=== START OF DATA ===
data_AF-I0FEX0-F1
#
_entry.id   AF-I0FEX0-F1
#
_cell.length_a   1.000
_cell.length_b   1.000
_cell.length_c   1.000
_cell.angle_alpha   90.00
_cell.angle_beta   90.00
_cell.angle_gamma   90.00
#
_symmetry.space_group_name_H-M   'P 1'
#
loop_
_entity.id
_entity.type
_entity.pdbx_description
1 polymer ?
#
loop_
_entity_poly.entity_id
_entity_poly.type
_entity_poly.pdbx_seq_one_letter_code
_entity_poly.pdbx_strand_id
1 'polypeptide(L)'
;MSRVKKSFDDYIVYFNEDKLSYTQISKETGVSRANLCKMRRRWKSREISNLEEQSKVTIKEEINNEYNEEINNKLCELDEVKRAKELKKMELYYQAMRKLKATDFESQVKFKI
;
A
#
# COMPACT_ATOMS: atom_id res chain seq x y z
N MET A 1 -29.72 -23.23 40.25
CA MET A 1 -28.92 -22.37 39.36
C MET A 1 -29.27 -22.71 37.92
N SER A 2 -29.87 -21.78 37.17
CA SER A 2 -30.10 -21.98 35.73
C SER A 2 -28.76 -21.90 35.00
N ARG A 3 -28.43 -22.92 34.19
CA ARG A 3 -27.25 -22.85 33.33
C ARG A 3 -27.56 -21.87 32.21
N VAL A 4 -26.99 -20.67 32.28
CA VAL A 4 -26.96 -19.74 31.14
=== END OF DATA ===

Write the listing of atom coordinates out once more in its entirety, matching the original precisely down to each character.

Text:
data_AF-I0FEX0-F1
#
_entry.id   AF-I0FEX0-F1
#
_cell.length_a   1.000
_cell.length_b   1.000
_cell.length_c   1.000
_cell.angle_alpha   90.00
_cell.angle_beta   90.00
_cell.angle_gamma   90.00
#
_symmetry.space_group_name_H-M   'P 1'
#
loop_
_entity.id
_entity.type
_entity.pdbx_description
1 polymer ?
#
loop_
_entity_poly.entity_id
_entity_poly.type
_entity_poly.pdbx_seq_one_letter_code
_entity_poly.pdbx_strand_id
1 'polypeptide(L)'
;MSRVKKSFDDYIVYFNEDKLSYTQISKETGVSRANLCKMRRRWKSREISNLEEQSKVTIKEEINNEYNEEINNKLCELDEVKRAKELKKMELYYQAMRKLKATDFESQVKFKI
;
A
#
# COMPACT_ATOMS: atom_id res chain seq x y z
N MET A 1 -29.72 -23.23 40.25
CA MET A 1 -28.92 -22.37 39.36
C MET A 1 -29.27 -22.71 37.92
N SER A 2 -29.87 -21.78 37.17
CA SER A 2 -30.10 -21.98 35.73
C SER A 2 -28.76 -21.90 35.00
N ARG A 3 -28.43 -22.92 34.19
CA ARG A 3 -27.25 -22.85 33.33
C ARG A 3 -27.56 -21.87 32.21
N VAL A 4 -26.99 -20.67 32.28
CA VAL A 4 -26.96 -19.74 31.14